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Source: Instagram

#IStandWithGabbie Has the Internet Divided Over Whether or Not to Forgive Gabbie Hanna

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"Everybody's already decided that I'm like, this person. So when somebody decides that you're a monster, a manipulator, a bad person, anything that you say after that point is just 'she's a manipulator, you can't believe anything she's saying, no matter how honest or sincere it is,'" Gabbie Hanna says in her new YouTube video that she uploaded May 21. 

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It's the first video Gabbie has released that addressed the major Gabbie Hanna drama that happened six months ago. 

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In her nearly 14-minute long video, Gabbie talks about how much of a toll her cancelation has taken on her mental health (if you missed what happened, we'll get to that in a second) and basically vented how unfair it was that, no matter what she did or said, she would always be seen as a "bad person." She performed her new song "Special" from her five-song EP, Bad Karma (which came out May 14) and explained her thought process behind writing it.

Gabbie also posted a comment which is now pinned, in which she wrote, "People often question why I didn’t make a video response when everything first happened. This is why. At this time in my life, my main and only focus was to regain my mental health and not allow myself to reach a place of self-harm. Difficult emotions take a lot of time, patience, energy, and thought to process and heal from. Thank you for being a supportive community that can hold space for me and isn’t afraid to see me when I feel most vulnerable."

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Source: Instagram

While Gabbie seems sincere, many people are arguing over whether or not she has the right to feel bullied when she allegedly bullied others — and even supported the person who sexually assaulted her friend. Although #IStandWithGabbie is trending on Twitter, many are using the hashtag as a way to remind others of the hurt she caused with her words. 

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Others, who are on Gabbie's side, are coming to her defense.

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The Gabbie Hanna drama, explained.

For those who came here wondering what TF is going on in the first place, here's a quick recap of the Gabbie Hanna drama from six months ago. It all started when YouTuber Trisha Paytas created a video titled "WHY I DON'T TRUST GABBIE HANNA," and in it, she explained Gabbie started a mean rumor that Trisha had herpes. Gabbie actually acknowledged this and confirmed that this was true, but that she was only doing so to help a friend. Then, Jessi uploaded a video titled "Gabbie Hanna needs to be stopped."

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Jessi, another YouTuber who used to be friends with Gabbie, told viewers that Gabbie was a manipulative friend who supported her rapist, Curtis Lepore, back in 2013. After this, Gabbie lost a huge chunk of followers on YouTube (along with her rep), and the internet collectively deemed her as canceled.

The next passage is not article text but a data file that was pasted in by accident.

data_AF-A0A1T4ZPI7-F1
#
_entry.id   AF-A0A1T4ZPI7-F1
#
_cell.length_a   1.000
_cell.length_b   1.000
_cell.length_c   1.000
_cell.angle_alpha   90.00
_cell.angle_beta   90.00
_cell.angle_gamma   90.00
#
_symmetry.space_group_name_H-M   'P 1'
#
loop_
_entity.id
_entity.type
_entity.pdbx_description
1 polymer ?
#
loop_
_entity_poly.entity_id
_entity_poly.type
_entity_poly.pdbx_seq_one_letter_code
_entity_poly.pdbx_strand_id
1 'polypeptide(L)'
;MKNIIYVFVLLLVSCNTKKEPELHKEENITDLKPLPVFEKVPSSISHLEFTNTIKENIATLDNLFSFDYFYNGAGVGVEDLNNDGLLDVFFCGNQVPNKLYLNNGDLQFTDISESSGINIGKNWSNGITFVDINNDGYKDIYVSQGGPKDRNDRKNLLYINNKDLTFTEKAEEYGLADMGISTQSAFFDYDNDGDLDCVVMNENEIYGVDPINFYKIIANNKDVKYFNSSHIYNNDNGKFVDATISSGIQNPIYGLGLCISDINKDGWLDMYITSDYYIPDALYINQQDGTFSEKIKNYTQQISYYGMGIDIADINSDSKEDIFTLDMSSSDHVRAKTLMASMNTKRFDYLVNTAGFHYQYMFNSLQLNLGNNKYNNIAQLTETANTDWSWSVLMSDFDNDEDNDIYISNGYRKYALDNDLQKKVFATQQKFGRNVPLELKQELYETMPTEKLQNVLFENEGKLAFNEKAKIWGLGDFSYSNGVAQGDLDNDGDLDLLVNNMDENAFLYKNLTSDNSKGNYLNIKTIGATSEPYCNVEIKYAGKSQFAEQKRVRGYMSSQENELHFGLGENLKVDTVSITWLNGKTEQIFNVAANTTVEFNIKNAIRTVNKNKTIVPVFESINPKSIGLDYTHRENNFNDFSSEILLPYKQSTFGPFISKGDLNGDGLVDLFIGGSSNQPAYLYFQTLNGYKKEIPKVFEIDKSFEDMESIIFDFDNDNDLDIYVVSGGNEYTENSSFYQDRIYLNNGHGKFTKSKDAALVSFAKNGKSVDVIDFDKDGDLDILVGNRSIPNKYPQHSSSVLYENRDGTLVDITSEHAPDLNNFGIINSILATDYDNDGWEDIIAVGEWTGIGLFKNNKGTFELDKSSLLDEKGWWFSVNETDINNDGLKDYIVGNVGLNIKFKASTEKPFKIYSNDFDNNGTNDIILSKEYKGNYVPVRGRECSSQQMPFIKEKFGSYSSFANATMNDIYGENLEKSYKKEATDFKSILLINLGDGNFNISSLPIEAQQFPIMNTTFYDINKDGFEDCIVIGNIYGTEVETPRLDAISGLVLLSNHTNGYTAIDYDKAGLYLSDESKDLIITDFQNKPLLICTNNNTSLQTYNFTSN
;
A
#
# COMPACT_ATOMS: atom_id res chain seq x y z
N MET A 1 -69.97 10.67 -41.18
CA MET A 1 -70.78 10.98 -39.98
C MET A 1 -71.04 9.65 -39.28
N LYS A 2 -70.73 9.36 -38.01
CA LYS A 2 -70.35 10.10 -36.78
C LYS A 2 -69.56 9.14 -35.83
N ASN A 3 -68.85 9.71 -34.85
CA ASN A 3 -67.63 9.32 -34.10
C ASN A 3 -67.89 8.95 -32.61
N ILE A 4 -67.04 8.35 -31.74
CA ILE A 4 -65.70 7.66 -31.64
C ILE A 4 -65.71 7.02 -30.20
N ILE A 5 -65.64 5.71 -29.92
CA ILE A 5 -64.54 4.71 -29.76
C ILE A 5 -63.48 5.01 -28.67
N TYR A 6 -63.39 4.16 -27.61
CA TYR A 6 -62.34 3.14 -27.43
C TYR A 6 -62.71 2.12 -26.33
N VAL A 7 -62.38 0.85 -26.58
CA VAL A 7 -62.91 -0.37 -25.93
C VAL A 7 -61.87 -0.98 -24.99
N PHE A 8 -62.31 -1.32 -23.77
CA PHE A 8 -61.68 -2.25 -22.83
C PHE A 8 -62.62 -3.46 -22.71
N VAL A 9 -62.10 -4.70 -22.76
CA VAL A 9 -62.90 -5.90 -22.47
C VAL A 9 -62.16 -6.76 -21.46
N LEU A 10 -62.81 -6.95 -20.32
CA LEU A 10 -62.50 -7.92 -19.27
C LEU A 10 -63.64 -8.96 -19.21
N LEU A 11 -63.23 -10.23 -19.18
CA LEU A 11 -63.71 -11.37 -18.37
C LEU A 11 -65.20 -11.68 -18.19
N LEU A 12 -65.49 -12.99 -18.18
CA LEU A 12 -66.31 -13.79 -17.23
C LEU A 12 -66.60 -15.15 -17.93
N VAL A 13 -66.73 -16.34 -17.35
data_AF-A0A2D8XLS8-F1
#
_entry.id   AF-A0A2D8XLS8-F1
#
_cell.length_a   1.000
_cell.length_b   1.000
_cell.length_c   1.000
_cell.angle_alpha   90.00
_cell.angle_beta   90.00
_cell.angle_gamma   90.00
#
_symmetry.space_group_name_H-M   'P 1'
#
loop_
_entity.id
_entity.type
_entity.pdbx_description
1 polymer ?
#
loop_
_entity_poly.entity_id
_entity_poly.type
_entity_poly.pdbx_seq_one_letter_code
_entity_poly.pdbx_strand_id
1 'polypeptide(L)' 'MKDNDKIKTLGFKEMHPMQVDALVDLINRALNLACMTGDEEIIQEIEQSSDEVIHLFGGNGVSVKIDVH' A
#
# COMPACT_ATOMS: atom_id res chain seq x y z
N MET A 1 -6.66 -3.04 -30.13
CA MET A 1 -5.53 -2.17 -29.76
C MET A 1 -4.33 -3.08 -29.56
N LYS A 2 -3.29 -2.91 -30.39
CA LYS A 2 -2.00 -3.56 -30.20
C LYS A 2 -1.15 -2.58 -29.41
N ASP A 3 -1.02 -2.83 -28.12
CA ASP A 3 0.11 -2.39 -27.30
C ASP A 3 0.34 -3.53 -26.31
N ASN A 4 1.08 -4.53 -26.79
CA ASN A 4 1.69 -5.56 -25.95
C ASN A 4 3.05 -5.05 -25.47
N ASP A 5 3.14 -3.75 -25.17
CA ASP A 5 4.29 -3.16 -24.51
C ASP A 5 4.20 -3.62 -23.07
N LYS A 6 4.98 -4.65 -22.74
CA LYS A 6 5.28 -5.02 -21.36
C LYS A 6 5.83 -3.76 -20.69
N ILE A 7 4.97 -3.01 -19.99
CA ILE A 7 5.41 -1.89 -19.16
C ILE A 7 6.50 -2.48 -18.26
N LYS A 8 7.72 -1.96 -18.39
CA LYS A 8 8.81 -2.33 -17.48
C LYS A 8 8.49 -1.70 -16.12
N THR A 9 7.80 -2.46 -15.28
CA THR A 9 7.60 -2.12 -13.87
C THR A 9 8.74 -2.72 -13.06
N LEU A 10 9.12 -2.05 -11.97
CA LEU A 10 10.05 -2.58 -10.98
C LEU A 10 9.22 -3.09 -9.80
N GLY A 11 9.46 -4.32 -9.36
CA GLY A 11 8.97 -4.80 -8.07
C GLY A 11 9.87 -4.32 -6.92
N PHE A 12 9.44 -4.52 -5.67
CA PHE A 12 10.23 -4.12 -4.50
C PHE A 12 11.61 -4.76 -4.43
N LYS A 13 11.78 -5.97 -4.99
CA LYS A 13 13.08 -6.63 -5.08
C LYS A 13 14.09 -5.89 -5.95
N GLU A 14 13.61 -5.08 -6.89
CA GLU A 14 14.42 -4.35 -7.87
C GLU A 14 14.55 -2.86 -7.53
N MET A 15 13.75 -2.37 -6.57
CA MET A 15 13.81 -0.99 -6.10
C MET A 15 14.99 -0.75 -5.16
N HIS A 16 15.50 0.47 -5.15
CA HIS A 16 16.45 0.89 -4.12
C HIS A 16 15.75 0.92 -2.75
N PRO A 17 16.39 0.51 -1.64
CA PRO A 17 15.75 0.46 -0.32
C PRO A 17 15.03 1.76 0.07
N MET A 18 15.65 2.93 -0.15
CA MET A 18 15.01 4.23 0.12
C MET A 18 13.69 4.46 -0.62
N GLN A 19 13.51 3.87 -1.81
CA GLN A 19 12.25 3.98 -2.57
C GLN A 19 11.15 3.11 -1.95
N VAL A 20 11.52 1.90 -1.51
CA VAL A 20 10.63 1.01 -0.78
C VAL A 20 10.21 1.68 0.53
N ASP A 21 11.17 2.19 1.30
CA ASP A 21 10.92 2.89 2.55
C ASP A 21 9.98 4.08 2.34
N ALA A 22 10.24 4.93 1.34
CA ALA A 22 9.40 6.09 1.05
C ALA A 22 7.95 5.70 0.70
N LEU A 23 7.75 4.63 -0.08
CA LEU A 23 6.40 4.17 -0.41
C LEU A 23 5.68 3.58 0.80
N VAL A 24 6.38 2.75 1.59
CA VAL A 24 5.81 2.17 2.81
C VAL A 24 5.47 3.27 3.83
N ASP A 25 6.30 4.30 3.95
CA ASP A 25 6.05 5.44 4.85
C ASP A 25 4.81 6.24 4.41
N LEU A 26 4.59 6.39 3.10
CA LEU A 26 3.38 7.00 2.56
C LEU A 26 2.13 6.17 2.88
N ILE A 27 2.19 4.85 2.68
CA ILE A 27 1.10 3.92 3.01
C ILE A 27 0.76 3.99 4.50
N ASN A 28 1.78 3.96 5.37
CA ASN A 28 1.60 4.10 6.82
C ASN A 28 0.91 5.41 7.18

Since Jessi's video, Gabbie hasn't exactly shied away from social media, either. She's recently been blasted for being insensitive toward a murder victim and getting into weird fights with K-pop fans on Twitter. It's never a dull day on the internet!

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Should Gabbie be forgiven? Is it possible for someone to learn from their mistakes and redeem themselves? Many comments on Gabbie's recent video, "Watch Somebody Burn and Crumble," see where she's coming from after watching the whole thing, and have taken her side.

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Source: YouTube
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Source: YouTube
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Source: YouTube

On Twitter, most recently she posted a response to her trending hashtag, writing, "when i break, you guys are always there to piece me back together i’m sorry for hiding for so long. i really do love you guys, thank you for loving me back, and thank you for loving the music. and thank you for your patience with me."

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She also told her fans that they're the reason why she's still alive.

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Hopefully, after everything that's happened, Gabbie has learned from her actions, and that she's in a better place, emotionally. While we certainly wouldn't want to defend her previous actions, there's a lot to be said about someone's personal growth if they truly believe in becoming better and more self-aware.

If you need support, The National Sexual Assault Hotline is available 24/7 at 1-800-656-4673. You will be connected with a trained staff member in your area. Or visit RAINN.org to chat online with a support specialist at any time.

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